DAYS OF RECOGNITION
Days of Recognition
Powley Day - September 19
Every year on September 19th, the Métis Nation of Ontario (MNO) and Métis communities across the province mark Powley Day to remember the decade long fight led by the MNO with Steve and Roddy Powley for recognition of Métis harvesting rights in the R. v. Powley case.
Treaties Recognition Week - November 4-10, 2018
Treaty Education Week is recognized the first full school week of November. This is a reoccurring opportunity to intentionally deepen our knowledge and understanding of Treaties, Indigenous perspectives, our collective history, and align with #62 & #63 of the Truth and Reconciliation Call to Action.
Louis Riel Day - November 16
Louis Riel Day is held every year on November 16 across the Métis homelands. The day commemorates the anniversary of Riel’s execution in 1885. It also is a day to celebrate Métis culture and history and recognize the many contributions of the Métis to Canada, and to highlight the struggles that Métis continue to face.
Bear Witness Day - May 10
In December of 2007, the House of Commons passed a unanimous motion to support Jordan's Principle named after Jordan River Anderson, a First Nations child from Norway House Cree Nation in Manitoba. Born with complex medical needs, Jordan spent more than two years unnecessarily in hospital while the Province of Manitoba and the federal government argued over who should pay for his home care. Jordan died in hospital at the age of five having never spent a day in his family home.
Orange Shirt Day - September 30
Orange Shirt Day is a national movement to recognize the experience of survivors of Indian residential schools, honour them, and show a collective commitment to ensure that every child matters. The initiative calls for every Canadian to wear an orange shirt on September 30 in the spirit of healing and reconciliation.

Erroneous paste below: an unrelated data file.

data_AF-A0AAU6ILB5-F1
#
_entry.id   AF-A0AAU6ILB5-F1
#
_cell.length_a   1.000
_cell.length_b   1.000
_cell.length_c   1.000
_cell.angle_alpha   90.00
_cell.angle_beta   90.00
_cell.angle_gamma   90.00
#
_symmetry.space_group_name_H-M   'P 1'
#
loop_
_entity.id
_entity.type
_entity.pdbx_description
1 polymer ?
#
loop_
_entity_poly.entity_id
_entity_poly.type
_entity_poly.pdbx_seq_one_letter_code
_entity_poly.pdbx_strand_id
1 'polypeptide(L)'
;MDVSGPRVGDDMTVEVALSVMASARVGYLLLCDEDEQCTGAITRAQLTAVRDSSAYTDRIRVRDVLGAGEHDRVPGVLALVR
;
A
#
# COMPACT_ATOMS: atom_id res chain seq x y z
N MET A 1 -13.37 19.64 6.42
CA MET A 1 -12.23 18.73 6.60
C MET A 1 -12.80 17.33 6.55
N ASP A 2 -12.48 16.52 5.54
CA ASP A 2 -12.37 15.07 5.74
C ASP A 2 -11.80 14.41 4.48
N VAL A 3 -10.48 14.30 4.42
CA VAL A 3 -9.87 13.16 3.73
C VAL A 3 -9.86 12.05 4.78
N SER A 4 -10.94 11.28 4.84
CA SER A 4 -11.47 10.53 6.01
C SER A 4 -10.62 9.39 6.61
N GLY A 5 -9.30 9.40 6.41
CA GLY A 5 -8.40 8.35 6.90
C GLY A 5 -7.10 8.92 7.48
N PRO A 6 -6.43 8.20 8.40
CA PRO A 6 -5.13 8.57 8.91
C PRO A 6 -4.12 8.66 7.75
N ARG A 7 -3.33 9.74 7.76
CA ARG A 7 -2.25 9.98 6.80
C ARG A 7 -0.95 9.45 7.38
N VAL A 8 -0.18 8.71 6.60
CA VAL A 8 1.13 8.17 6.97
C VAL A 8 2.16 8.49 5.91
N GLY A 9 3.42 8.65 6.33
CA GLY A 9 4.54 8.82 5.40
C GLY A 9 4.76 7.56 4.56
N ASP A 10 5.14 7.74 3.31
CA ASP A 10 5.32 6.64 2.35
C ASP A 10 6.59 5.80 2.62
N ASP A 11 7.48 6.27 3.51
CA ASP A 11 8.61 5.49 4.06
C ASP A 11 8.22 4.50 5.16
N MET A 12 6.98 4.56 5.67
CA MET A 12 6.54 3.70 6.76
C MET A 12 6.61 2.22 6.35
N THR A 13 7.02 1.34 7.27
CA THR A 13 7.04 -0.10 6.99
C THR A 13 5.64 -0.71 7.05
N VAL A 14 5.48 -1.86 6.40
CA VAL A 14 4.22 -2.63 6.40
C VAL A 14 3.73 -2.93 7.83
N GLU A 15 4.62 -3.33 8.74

Indigenous Veterans Day - November 8
Indigenous people in Canada have reason to be proud of their wartime contributions. More than 7,000 First Nations members served in the First and Second World Wars and the Korean War, and an unknown number of Inuit, Métis and other Indigenous people also participated. One Veterans group estimates that 12,000 Indigenous men and women served in the three wars.
National Indigenous Peoples Day - June 21
In cooperation with Indigenous Peoples’ national organizations, the Government of Canada designated June 21 National Indigenous Peoples Day, a celebration of Indigenous Peoples’ culture and heritage. This date was chosen because it corresponds to the summer solstice, the longest day of the year, and because for generations, many Indigenous Peoples’ groups have celebrated their culture and heritage at this time of year.